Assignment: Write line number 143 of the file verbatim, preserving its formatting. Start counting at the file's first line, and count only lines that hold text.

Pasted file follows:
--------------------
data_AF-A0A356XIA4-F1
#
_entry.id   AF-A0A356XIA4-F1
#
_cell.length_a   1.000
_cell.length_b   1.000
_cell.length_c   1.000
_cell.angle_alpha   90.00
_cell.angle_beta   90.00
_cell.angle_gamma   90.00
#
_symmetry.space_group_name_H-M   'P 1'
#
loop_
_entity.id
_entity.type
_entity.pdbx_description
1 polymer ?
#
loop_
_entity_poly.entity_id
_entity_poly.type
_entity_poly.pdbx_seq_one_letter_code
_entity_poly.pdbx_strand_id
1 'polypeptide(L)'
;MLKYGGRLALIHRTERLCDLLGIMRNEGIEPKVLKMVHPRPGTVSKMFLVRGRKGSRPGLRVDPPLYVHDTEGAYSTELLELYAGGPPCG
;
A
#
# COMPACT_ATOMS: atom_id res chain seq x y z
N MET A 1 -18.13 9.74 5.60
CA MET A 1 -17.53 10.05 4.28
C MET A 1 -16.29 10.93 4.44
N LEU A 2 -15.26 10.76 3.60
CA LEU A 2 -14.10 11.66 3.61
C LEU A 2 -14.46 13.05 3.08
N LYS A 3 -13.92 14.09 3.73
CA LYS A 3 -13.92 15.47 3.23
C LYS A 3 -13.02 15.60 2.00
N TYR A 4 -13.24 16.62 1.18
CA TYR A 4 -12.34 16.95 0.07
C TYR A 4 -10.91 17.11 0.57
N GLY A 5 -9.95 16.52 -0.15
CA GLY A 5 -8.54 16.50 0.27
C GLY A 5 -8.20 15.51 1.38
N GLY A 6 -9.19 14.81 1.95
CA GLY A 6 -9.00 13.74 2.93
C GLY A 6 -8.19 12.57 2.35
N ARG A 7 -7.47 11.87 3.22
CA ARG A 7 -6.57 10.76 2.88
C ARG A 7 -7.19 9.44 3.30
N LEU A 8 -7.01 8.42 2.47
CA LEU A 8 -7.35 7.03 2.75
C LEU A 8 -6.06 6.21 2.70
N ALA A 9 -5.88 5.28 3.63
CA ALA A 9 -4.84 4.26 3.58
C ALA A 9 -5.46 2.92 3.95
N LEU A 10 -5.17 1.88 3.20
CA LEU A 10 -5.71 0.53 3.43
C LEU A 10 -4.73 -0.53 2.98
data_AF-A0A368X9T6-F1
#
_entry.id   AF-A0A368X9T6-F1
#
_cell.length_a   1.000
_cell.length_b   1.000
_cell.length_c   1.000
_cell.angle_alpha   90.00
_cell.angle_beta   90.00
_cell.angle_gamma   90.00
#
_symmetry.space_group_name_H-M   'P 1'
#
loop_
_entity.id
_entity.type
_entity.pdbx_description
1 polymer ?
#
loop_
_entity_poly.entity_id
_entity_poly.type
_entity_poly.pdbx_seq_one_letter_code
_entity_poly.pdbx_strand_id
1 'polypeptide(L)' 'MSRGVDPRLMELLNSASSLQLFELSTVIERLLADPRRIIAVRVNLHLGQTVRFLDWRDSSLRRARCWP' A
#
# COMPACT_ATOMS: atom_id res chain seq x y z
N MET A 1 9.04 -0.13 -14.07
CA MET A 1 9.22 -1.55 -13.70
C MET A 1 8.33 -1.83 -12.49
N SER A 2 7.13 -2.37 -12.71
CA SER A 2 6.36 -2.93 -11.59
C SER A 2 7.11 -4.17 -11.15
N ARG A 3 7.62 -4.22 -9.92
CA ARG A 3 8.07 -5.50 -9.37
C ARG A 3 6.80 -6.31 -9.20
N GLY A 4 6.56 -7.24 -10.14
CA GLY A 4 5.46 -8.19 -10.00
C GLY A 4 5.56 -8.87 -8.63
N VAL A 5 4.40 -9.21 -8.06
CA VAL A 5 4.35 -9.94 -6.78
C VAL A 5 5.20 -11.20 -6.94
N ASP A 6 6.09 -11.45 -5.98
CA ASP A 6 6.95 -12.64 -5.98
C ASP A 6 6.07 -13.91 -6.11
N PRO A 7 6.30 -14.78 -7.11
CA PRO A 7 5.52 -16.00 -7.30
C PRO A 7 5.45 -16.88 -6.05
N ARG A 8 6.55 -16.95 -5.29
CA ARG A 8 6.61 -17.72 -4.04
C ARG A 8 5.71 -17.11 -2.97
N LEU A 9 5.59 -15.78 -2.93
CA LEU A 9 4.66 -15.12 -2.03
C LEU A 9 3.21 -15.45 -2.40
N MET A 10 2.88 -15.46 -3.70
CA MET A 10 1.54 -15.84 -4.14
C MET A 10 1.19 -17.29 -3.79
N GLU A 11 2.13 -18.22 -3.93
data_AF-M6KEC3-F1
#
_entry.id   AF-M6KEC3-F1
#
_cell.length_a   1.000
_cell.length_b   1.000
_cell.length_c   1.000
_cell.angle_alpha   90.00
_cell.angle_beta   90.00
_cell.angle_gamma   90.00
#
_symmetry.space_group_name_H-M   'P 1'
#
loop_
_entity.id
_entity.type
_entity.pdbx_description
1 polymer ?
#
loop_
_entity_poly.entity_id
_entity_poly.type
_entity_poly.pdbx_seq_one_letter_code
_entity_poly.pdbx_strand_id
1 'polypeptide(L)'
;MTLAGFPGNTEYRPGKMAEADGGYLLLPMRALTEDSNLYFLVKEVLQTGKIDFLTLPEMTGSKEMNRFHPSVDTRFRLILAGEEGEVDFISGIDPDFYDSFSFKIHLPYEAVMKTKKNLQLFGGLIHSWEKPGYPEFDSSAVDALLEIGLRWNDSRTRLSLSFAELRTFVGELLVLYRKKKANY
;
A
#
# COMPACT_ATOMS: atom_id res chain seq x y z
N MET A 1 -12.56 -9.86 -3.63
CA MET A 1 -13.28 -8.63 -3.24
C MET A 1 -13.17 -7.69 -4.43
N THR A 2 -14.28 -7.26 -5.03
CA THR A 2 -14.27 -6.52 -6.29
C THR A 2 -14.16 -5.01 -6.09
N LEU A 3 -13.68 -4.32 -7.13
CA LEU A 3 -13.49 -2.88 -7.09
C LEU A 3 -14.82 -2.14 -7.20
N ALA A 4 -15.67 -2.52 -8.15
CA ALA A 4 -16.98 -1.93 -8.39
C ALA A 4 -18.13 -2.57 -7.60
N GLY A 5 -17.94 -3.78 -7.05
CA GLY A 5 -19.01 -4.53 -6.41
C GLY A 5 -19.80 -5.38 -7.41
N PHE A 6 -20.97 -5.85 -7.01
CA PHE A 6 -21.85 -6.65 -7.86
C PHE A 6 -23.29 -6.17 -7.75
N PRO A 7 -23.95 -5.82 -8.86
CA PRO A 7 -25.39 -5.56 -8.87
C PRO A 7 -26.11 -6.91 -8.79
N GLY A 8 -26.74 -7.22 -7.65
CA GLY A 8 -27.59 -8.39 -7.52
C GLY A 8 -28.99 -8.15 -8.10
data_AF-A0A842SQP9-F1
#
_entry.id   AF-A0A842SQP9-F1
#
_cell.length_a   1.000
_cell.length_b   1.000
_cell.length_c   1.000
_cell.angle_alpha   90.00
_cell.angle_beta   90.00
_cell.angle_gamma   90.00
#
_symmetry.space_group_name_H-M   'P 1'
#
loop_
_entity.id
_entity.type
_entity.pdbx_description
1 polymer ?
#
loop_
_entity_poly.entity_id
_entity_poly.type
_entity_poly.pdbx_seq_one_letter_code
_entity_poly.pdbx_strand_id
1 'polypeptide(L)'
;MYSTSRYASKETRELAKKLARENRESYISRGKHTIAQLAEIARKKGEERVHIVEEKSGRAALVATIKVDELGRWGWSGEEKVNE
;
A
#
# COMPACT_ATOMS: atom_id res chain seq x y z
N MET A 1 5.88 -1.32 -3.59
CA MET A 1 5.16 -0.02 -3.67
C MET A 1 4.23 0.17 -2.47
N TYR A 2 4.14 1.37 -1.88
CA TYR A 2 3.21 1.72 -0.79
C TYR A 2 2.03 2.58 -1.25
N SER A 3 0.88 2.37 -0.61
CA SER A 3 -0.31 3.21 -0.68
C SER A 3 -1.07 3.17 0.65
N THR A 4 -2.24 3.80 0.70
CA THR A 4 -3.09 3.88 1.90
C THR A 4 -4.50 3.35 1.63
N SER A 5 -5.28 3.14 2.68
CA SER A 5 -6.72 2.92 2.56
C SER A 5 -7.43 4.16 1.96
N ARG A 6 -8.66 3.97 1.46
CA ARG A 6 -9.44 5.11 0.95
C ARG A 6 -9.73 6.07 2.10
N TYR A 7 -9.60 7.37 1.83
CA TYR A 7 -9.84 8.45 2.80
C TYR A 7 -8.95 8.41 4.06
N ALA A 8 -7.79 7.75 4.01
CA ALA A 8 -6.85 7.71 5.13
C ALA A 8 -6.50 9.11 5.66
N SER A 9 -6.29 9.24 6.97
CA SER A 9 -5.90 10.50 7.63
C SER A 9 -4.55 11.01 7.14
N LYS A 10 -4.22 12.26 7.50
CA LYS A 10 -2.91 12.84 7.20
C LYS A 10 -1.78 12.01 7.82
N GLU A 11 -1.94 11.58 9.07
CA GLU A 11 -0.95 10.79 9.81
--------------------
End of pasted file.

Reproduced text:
1 'polypeptide(L)'